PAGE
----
The new medical office building, which will be four stories high, is designed to complement the new hospital in form and function. The hospital and medical office building are connected on four stories using open walkways so patients, physicians and staff can easily move between the two buildings.

Whether it is a routine clinic visit or a scheduled major surgery, the campus becomes a one-stop-shop for all medical needs; a healthcare destination for the community. Please see our Photo Gallery for more illustrations of the new medical center, plus we’ll be adding new ones, so keep visiting here. You may want to subscribe to this blog for regular updates.

I am very excited to be sharing this first glimpse of the building with you. Please don’t hesitate to contact me by leaving a comment here, with your questions or feedback, in our effort to make the design better!

Jesus Armas

By Jesús Armas, Government Affairs Liaison

Hello, my name is Jesus Armas. My role with this project is to work with numerous governmental agencies to get the green light to enable Sutter Medical Center Castro Valley to be constructed.

This is an exciting and new experience for me. For three decades, I worked for a number of California cities and was involved in reviewing various projects as they were presented to those cities for approval. In this case, though, my role is reversed, and I’m on the side trying to get a project approved. Definitely a new experience… and quite an eye-opener.

As you learn more about the project, I’m sure you will agree that not only is this project critically important to the community, but is also beautiful. In a nutshell, the project consists of a new hospital and medical office building, and related aesthetic and landscape improvements on the campus. Clearly, it represents a substantial commitment by the Sutter Health organization to Castro Valley, Hayward, San Leandro and adjoining communities that comprise the Eden Campus area.

A project of this scope and complexity only gets approved after it is thoroughly evaluated by various agencies. Typically, approvals are granted by local government bodies, such as a City Council or County Board of Supervisors. In this instance, however, because a hospital is involved, approvals must also be obtained from the State of California. Each level of government has jurisdiction over different aspects of the project—the State for the hospital, the County for the medical office building.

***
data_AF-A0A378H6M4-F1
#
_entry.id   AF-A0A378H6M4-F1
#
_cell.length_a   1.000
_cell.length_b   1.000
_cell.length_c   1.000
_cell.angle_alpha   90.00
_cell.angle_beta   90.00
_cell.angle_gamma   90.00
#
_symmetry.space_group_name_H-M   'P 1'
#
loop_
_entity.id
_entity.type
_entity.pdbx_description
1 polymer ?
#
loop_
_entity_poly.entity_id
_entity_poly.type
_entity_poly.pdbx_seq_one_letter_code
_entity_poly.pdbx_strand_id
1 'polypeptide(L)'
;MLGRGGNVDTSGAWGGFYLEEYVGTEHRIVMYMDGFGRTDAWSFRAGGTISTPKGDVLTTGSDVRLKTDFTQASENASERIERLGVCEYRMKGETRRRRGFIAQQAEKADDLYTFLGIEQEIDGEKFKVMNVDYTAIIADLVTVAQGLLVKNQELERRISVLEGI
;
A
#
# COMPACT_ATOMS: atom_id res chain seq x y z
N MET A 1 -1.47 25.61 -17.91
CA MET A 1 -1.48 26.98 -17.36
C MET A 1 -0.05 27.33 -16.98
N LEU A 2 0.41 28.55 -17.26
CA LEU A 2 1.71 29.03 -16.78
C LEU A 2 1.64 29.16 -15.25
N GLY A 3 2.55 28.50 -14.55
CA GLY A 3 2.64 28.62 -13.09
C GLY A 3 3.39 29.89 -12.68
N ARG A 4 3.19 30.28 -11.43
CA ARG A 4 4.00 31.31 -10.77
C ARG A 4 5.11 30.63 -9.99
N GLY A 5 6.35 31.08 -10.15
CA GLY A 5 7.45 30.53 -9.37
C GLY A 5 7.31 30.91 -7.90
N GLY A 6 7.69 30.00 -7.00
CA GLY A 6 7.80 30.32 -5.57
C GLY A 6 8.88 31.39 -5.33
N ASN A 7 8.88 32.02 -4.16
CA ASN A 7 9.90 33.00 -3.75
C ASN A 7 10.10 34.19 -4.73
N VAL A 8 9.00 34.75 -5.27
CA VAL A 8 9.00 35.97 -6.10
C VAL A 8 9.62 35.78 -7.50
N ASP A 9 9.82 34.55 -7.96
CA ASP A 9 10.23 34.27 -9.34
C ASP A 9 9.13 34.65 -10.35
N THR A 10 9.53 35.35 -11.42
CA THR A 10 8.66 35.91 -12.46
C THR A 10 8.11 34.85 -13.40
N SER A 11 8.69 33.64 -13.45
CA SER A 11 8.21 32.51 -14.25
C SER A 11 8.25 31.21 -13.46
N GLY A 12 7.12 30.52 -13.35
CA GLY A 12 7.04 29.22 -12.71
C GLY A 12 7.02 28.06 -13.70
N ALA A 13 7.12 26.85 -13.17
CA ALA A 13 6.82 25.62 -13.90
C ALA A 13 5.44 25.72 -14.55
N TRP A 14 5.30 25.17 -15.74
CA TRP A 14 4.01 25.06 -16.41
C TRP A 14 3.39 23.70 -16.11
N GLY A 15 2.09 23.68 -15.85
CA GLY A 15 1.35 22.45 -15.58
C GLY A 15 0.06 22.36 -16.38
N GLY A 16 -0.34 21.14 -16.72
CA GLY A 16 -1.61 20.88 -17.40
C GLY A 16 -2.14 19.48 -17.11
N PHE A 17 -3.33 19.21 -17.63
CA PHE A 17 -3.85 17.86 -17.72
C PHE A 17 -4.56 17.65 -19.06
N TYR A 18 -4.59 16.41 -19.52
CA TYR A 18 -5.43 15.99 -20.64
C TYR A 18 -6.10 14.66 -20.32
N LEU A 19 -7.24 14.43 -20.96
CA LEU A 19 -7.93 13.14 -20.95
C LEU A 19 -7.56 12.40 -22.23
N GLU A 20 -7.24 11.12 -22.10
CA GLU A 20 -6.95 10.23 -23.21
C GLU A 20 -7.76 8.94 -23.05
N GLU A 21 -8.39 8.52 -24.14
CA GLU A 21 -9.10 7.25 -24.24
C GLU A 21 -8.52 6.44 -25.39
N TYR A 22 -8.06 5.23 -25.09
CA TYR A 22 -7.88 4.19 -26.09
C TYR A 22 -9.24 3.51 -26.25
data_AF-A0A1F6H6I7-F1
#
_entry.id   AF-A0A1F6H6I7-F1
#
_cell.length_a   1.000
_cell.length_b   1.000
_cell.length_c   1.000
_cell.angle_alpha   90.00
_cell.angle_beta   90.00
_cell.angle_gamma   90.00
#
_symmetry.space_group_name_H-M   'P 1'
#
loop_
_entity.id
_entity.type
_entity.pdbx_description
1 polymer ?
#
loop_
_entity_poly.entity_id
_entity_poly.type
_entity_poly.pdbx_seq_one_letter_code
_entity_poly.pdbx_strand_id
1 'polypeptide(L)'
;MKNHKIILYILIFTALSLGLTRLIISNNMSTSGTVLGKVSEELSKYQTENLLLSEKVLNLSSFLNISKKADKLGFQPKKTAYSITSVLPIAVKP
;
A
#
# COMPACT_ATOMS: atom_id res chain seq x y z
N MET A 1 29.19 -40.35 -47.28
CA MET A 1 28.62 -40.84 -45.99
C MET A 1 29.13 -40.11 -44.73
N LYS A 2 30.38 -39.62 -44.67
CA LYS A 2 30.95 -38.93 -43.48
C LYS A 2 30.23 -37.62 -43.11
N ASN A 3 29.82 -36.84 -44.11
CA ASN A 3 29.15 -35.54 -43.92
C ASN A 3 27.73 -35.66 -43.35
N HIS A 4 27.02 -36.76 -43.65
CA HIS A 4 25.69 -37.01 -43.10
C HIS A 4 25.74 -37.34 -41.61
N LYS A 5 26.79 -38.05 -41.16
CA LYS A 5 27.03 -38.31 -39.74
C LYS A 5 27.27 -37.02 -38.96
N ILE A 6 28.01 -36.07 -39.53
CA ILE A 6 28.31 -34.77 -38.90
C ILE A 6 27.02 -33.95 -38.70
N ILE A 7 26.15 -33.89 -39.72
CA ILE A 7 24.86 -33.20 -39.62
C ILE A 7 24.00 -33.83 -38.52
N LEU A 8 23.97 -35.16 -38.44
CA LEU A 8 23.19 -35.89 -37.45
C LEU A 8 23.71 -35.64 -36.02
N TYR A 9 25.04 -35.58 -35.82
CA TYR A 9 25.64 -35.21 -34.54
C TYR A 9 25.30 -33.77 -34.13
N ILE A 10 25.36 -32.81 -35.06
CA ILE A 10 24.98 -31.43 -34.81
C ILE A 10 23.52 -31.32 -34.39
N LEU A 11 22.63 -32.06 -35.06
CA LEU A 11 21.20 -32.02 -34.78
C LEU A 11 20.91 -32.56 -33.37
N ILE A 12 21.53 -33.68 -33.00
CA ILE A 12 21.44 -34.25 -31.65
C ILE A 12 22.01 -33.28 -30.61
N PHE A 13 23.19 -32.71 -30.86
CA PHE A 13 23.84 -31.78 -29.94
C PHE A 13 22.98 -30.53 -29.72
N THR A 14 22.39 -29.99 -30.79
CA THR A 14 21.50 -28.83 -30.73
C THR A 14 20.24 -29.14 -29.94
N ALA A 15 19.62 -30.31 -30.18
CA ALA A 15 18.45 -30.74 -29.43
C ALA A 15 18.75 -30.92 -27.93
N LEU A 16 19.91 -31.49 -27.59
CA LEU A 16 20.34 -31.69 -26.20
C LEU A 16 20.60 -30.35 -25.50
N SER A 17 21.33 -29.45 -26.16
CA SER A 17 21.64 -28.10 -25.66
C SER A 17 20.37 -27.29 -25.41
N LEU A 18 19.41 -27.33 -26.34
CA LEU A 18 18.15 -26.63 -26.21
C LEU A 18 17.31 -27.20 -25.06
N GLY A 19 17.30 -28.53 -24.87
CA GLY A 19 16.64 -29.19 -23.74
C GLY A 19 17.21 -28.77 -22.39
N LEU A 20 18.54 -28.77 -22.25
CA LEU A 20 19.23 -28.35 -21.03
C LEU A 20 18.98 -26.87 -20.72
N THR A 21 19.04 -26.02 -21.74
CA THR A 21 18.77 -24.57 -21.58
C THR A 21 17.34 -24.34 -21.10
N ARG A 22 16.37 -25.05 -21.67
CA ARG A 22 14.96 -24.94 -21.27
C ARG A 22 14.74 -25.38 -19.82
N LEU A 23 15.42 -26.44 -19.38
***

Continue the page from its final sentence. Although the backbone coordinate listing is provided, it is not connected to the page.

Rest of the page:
As part of the evaluation process, it is necessary to identify any potential impacts, such as traffic, noise, etc., associated with the project and to indicate how those impacts will be addressed…or “mitigated.” This assessment is documented through the preparation of a Draft Environmental Impact Report (DEIR). Once the DEIR is prepared, it is available for public review and comment for a period of 45 days. After the comment periods ends, a second or Final EIR is prepared that responds to all the comments submitted by interested individuals, organizations or agencies. The information contained in the FEIR is intended to help the decision makers, ultimately your elected officials (Board of Supervisors), decide whether or not to approve the project.

Before it even gets to the Board, however, Sutter will be presenting the project to both the Castro Valley Municipal Advisory Council (MAC) and the County Planning Commission to gain their input and comments. In fact, Sutter has already attended two meetings of the MAC to obtain feedback and guidance on the project. Sutter is committed to working cooperatively with affected agencies to ensure that the project in its final form is one that we can all take pride in, and reflects positively on the community.

Here are some important dates for you to keep in mind:

  • The Draft EIR is expected to be released and available for public review around mid-November, with the comment period lasting until approximately the end of the year.